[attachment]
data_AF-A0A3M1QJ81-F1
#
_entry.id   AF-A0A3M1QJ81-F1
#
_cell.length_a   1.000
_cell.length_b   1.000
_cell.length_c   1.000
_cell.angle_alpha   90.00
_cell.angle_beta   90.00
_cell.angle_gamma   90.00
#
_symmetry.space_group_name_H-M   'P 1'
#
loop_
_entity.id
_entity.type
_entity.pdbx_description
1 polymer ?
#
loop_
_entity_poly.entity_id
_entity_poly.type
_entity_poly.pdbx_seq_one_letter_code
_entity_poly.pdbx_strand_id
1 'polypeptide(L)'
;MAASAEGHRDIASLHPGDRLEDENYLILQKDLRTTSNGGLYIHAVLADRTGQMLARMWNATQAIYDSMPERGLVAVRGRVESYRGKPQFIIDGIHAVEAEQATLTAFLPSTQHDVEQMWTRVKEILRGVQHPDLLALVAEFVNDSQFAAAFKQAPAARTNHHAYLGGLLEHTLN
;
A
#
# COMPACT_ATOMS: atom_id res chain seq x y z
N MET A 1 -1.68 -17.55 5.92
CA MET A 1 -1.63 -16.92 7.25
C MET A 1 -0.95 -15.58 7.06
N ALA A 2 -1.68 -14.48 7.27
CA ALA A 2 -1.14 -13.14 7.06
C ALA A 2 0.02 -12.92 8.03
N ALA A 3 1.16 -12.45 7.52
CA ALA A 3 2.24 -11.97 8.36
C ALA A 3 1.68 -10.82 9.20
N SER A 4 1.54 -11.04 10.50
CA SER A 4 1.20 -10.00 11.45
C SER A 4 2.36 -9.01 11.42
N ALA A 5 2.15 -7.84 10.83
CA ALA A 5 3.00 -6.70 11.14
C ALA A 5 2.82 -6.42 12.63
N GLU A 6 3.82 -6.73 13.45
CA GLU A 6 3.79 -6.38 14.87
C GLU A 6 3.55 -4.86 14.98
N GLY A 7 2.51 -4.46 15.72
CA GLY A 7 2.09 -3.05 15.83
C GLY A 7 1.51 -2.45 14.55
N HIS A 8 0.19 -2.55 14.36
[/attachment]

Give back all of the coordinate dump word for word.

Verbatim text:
data_AF-A0A3M1QJ81-F1
#
_entry.id   AF-A0A3M1QJ81-F1
#
_cell.length_a   1.000
_cell.length_b   1.000
_cell.length_c   1.000
_cell.angle_alpha   90.00
_cell.angle_beta   90.00
_cell.angle_gamma   90.00
#
_symmetry.space_group_name_H-M   'P 1'
#
loop_
_entity.id
_entity.type
_entity.pdbx_description
1 polymer ?
#
loop_
_entity_poly.entity_id
_entity_poly.type
_entity_poly.pdbx_seq_one_letter_code
_entity_poly.pdbx_strand_id
1 'polypeptide(L)'
;MAASAEGHRDIASLHPGDRLEDENYLILQKDLRTTSNGGLYIHAVLADRTGQMLARMWNATQAIYDSMPERGLVAVRGRVESYRGKPQFIIDGIHAVEAEQATLTAFLPSTQHDVEQMWTRVKEILRGVQHPDLLALVAEFVNDSQFAAAFKQAPAARTNHHAYLGGLLEHTLN
;
A
#
# COMPACT_ATOMS: atom_id res chain seq x y z
N MET A 1 -1.68 -17.55 5.92
CA MET A 1 -1.63 -16.92 7.25
C MET A 1 -0.95 -15.58 7.06
N ALA A 2 -1.68 -14.48 7.27
CA ALA A 2 -1.14 -13.14 7.06
C ALA A 2 0.02 -12.92 8.03
N ALA A 3 1.16 -12.45 7.52
CA ALA A 3 2.24 -11.97 8.36
C ALA A 3 1.68 -10.82 9.20
N SER A 4 1.54 -11.04 10.50
CA SER A 4 1.20 -10.00 11.45
C SER A 4 2.36 -9.01 11.42
N ALA A 5 2.15 -7.84 10.83
CA ALA A 5 3.00 -6.70 11.14
C ALA A 5 2.82 -6.42 12.63
N GLU A 6 3.82 -6.73 13.45
CA GLU A 6 3.79 -6.38 14.87
C GLU A 6 3.55 -4.86 14.98
N GLY A 7 2.51 -4.46 15.72
CA GLY A 7 2.09 -3.05 15.83
C GLY A 7 1.51 -2.45 14.55
N HIS A 8 0.19 -2.55 14.36